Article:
The difference in their opinions however, does not take on the definition of college education. On the other hand, Gutting does not define college education as either BA or AA. For the three, the definition of college however, remains tied to BA programs. According to Rosenbaum, Stephan and Rosenbaum, ‘’in everyday language and informal policy discussions, the word ‘’college’’ is used as a synonym for ‘’bachelor’s degree’’ (Rosenbaum et al. 3).
With the definition of college as only an institution that provides BA programs, many parents remain expectant of their children’s pursuit of college degrees. Even with the increasing expenses in taking children to college, parents continuously commit most of their efforts in college education. These parents’ expectations is that after graduation, their children will have secured their future since ‘’Bachelor’s degrees have a million-dollar payoff in lifetime earnings’’ (Rosenbaum et al. 3). This expectation surfaces when the truth is that people who hold jobs that require AAs end up earning much more than those with Bas. This misconception (BA being more profitable in earning compared to AA) has been propagated by public advertisements literature on educational reform as well as guidance and counseling.
The misconception about BA being greater than AA has been impacted by failures in the guidance and counseling program. While the program was aimed at guiding the students in programs that were ultimately within their ability, this has changed over time, especially with the introduction of open admission programs. The guidance and counseling program had largely acted as college gatekeepers, barring students with low grades from obtaining college admission (Rosenbaum et al. 5). Most of the counselors have since protested their placement as gatekeepers. This impacts a proliferation of students into college, some of whom eventually fail to graduate from college (Gutting).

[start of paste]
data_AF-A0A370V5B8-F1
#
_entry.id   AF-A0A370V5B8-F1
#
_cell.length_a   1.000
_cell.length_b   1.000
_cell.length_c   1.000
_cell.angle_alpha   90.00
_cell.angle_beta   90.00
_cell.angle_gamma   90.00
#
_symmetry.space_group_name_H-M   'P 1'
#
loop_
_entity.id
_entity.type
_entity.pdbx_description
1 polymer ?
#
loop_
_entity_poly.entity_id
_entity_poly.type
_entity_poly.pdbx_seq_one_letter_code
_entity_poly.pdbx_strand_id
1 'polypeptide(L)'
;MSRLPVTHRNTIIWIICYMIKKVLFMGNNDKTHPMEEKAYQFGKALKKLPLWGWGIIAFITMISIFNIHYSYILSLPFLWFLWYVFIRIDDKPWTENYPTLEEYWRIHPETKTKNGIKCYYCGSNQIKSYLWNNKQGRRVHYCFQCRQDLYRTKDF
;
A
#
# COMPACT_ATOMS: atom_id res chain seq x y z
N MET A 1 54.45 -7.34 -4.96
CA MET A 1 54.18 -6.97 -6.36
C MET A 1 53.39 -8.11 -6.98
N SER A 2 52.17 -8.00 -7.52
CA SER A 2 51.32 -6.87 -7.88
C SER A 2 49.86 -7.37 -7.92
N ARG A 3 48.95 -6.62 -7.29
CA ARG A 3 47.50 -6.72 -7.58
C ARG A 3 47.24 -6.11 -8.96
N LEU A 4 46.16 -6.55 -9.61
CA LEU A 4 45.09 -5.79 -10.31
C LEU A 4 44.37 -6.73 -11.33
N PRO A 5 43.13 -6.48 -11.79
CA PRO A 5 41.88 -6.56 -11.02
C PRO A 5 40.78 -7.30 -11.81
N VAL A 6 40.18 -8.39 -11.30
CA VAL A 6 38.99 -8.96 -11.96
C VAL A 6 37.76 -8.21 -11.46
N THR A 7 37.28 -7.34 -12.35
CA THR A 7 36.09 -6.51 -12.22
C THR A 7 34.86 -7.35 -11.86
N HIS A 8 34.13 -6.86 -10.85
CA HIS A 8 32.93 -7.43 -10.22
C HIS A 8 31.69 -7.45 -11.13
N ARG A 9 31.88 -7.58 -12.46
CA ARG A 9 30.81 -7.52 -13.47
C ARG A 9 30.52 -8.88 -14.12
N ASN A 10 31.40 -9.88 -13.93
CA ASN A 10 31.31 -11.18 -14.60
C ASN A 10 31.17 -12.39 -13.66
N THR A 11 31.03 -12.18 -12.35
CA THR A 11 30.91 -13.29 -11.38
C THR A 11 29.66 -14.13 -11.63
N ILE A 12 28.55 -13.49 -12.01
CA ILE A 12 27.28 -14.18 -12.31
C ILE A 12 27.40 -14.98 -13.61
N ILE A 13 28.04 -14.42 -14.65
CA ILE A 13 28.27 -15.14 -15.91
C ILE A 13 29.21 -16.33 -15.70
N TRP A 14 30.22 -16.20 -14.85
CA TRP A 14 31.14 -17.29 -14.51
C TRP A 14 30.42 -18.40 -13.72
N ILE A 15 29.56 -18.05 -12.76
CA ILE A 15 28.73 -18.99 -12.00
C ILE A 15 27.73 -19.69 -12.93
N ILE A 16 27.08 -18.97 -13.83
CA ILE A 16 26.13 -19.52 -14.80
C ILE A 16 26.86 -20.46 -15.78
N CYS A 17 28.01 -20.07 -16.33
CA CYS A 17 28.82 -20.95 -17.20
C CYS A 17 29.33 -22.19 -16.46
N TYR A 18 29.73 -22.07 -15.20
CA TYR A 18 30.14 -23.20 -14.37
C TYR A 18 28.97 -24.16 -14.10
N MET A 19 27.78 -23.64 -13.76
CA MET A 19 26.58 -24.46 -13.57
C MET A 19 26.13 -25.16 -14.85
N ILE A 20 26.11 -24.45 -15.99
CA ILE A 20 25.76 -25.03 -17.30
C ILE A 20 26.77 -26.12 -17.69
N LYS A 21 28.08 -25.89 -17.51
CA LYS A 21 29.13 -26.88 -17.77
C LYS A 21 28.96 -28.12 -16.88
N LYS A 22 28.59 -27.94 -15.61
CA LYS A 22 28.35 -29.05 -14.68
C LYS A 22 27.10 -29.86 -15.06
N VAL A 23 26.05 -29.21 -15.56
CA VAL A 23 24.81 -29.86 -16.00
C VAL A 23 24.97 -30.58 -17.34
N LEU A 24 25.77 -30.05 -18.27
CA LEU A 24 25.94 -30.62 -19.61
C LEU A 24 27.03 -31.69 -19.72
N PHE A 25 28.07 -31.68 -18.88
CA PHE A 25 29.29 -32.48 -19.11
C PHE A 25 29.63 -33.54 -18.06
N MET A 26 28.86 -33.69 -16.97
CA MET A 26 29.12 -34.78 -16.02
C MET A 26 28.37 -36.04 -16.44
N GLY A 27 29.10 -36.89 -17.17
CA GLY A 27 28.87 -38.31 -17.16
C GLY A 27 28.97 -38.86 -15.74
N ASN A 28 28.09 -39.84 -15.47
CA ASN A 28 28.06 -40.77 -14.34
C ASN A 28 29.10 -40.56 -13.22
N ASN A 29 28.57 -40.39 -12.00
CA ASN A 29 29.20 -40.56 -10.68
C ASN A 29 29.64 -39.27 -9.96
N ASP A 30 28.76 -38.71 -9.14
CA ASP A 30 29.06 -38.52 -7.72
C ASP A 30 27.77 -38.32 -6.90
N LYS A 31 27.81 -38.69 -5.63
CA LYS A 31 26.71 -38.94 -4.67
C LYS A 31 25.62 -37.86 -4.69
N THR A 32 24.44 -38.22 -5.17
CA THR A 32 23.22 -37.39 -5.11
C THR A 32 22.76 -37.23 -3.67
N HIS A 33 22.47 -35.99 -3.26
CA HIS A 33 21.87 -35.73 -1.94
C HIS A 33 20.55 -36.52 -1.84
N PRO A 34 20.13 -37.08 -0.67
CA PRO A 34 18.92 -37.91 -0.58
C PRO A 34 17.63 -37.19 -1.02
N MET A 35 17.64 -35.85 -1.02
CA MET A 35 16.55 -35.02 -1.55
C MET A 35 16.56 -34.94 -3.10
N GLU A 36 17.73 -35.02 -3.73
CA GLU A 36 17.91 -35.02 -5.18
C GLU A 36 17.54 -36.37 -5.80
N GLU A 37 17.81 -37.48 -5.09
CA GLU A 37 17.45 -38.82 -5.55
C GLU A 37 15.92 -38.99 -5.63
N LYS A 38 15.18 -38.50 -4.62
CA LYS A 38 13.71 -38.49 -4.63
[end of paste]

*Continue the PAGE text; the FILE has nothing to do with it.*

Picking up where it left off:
However, the change in the opinions of counselors is a deeply rooted problem in high schools. A good number of high schools are in dire need of counselors since many do not have them. Rosenbaum et al argue that, ‘’data from 2001 reveal that, averagely, the ratio of counselors to students is 1 to 284’’ (5). The situation is even worse in some other schools where a single counselor has to handle more than 700 students. Such a huge workload does not help in assisting the students to make better decisions on whether or not to pursue college education based on their intellectual capability.
The growing number of students joining college is a good indication of academic achievement. However, the insistence on BA programs even for students who are unable to achieve such high academic grades does not put in more effort towards helping students in making career choices. The failure of academic counseling programs is a worrying issue and this should be corrected immediately in order to save the college program and assist students in making the best choices on the careers to pursue.
Gutting, Gary. “What is College For?” The New York Times, 2011, December 14. Web. 3 February 2014.
Rosenbaum, James, E. “Beyond One-Size-Fits-All College Dreams.” American Educator, 2010.